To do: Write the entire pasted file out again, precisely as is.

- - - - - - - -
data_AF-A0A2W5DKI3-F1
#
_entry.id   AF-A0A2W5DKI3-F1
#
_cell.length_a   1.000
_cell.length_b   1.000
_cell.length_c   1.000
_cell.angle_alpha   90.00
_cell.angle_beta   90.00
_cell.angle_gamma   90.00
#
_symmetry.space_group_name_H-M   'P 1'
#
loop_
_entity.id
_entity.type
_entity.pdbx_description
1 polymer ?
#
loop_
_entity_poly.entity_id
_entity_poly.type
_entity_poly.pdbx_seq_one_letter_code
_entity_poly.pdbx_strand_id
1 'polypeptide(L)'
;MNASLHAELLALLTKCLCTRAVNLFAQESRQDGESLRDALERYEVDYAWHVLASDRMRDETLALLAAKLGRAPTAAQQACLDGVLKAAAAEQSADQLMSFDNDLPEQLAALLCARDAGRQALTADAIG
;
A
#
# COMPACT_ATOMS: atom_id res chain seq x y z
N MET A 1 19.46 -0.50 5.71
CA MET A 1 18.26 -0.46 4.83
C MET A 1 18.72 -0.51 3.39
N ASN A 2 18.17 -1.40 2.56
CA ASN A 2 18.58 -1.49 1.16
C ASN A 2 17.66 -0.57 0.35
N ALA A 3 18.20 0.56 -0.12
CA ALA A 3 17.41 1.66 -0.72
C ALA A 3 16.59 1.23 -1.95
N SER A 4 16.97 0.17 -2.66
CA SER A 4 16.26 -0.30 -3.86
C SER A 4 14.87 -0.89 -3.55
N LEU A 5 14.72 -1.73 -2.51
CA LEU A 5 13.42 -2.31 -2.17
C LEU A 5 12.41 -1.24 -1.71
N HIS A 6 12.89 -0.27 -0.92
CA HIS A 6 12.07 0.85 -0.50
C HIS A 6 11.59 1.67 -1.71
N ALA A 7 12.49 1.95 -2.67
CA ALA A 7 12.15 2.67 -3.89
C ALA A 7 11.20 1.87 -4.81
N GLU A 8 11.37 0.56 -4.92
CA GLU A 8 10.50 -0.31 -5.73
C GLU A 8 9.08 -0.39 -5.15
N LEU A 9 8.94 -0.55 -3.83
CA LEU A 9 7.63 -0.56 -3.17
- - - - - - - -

data_AF-A0A2W5DKI3-F1
#
_entry.id   AF-A0A2W5DKI3-F1
#
_cell.length_a   1.000
_cell.length_b   1.000
_cell.length_c   1.000
_cell.angle_alpha   90.00
_cell.angle_beta   90.00
_cell.angle_gamma   90.00
#
_symmetry.space_group_name_H-M   'P 1'
#
loop_
_entity.id
_entity.type
_entity.pdbx_description
1 polymer ?
#
loop_
_entity_poly.entity_id
_entity_poly.type
_entity_poly.pdbx_seq_one_letter_code
_entity_poly.pdbx_strand_id
1 'polypeptide(L)'
;MNASLHAELLALLTKCLCTRAVNLFAQESRQDGESLRDALERYEVDYAWHVLASDRMRDETLALLAAKLGRAPTAAQQACLDGVLKAAAAEQSADQLMSFDNDLPEQLAALLCARDAGRQALTADAIG
;
A
#
# COMPACT_ATOMS: atom_id res chain seq x y z
N MET A 1 19.46 -0.50 5.71
CA MET A 1 18.26 -0.46 4.83
C MET A 1 18.72 -0.51 3.39
N ASN A 2 18.17 -1.40 2.56
CA ASN A 2 18.58 -1.49 1.16
C ASN A 2 17.66 -0.57 0.35
N ALA A 3 18.20 0.56 -0.12
CA ALA A 3 17.41 1.66 -0.72
C ALA A 3 16.59 1.23 -1.95
N SER A 4 16.97 0.17 -2.66
CA SER A 4 16.26 -0.30 -3.86
C SER A 4 14.87 -0.89 -3.55
N LEU A 5 14.72 -1.73 -2.51
CA LEU A 5 13.42 -2.31 -2.17
C LEU A 5 12.41 -1.24 -1.71
N HIS A 6 12.89 -0.27 -0.92
CA HIS A 6 12.07 0.85 -0.50
C HIS A 6 11.59 1.67 -1.71
N ALA A 7 12.49 1.95 -2.67
CA ALA A 7 12.15 2.67 -3.89
C ALA A 7 11.20 1.87 -4.81
N GLU A 8 11.37 0.56 -4.92
CA GLU A 8 10.50 -0.31 -5.73
C GLU A 8 9.08 -0.39 -5.15
N LEU A 9 8.94 -0.55 -3.83
CA LEU A 9 7.63 -0.56 -3.17